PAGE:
Cataviña Desert – Baja | Pons Brooks Comet Photo Trip

The Cataviña Desert in Baja California, Mexico is one of my favorite places in the entire world. It’s such a unique desert with unique plants and geology. The surreal Boojum and Elephant trees dot the landscape along with the more familiar desert plants like Ocotillo, Fire Barrel cacti, and Cardón cacti (which resembles the Saguaros of the Sonorran Desert, but reach even higher into the sky).

One of the other unique aspects of the Cataviña is it’s isolation provides for incredible dark skies. Perfect for astrophotography. And when I heard Pons-Brooks Comet was making once-in-seventy year appearance I knew exactly where I wanted to be to photograph it. I packed up all my camping gear on Thursday April 4th, and headed South.

It’s about a seven hour drive from San Diego. And once you turn inland from Ensenada, it’s usually a dry, dusty experience. But we’re coming out of a very wet winter, which has led to a very colorful Spring in Baja. Fields of green, and wildflowers exploding along the Transpenisular Highway.

I arrived in Cataviña and found a great spot to camp. Started a fire, had dinner, and enjoyed the stars and solitude. The following morning, I grabbed my camera and captured a gorgeous sunrise.

I have a fondness for finding and photographing Descansos, the resting places of people that have passed away while driving on the highway. The markers can range from simple crosses on the roadside, to shrines the size of small houses. It’s common for relatives to make regular trips to maintain the ofrenda (the offerings left in the shrine).
I think at some point I will embark on a mission to make a book about the Descansos in Baja.

Even in a desert, Spring puts on an incredible display of color.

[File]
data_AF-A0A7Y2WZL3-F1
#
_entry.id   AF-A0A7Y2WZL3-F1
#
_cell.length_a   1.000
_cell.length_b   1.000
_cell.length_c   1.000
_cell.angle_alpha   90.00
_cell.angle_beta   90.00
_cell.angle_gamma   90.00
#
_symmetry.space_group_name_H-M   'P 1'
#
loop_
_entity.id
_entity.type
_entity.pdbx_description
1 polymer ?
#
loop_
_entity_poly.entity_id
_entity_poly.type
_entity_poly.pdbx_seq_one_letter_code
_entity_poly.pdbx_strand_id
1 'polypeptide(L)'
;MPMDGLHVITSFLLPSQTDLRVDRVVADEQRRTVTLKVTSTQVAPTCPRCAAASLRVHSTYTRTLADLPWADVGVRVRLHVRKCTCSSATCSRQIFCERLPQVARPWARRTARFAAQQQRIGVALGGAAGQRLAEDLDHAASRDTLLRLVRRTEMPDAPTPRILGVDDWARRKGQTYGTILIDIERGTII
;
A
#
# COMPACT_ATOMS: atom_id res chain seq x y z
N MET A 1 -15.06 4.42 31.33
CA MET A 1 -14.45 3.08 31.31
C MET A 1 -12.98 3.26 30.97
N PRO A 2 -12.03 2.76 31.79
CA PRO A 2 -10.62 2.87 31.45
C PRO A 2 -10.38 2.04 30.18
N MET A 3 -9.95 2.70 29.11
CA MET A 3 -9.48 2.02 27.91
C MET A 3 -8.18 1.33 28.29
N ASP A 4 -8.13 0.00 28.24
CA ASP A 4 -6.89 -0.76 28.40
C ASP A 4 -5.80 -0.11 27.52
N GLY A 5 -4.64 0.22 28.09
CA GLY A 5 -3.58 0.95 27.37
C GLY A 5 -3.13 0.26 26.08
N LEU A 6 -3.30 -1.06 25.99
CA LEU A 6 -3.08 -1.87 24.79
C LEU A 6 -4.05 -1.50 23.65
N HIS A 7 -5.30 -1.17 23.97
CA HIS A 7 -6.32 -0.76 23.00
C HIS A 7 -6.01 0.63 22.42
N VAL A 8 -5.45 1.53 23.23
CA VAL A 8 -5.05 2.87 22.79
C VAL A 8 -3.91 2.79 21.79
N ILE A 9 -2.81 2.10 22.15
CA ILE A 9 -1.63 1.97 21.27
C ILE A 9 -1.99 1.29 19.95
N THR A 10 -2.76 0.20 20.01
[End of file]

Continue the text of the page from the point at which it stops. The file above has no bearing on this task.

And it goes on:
The Cataviña is also home to some well preserved cave paintings left behind by the Cochimi Indians of Central Baja. While the Cochimi people perished due to diseases the European Missionaries brought to Baja, their beautiful artwork lives on.

Evening crept along and I got my equipment set up to photograph the comet.

To my surprise Space-X launched a Falcon 9 rocket right at sunset providing for some entertainment as I set up for the comet shot.

After the condensation trail left behind by the Falcon 9 rocket, I was able to start making some exposures of the comet. Being in the neighborhood of a 5 magnitude, it wasn’t supposed to be a very bright. And with it located just above the setting sun, spotting the tail in the glow wasn’t possible even with binoculars. But with my star tracker mount, I can get very long exposures with the camera. My exposures were 2 minutes long!
While my final result is probably not the best picture of the comet out there, it’s mine and it was taken somewhere very special to me.

Check Out William's Latest Book

There Ain’t No Pageantry in Cockfighting

A short novela recounting a surf trip to Baja turns South when the engine my '71 Volkswagon seized, leading me on an adventure down Baja 1000 roads, encounters with transvestite prostitutes, and drought ending weddings.

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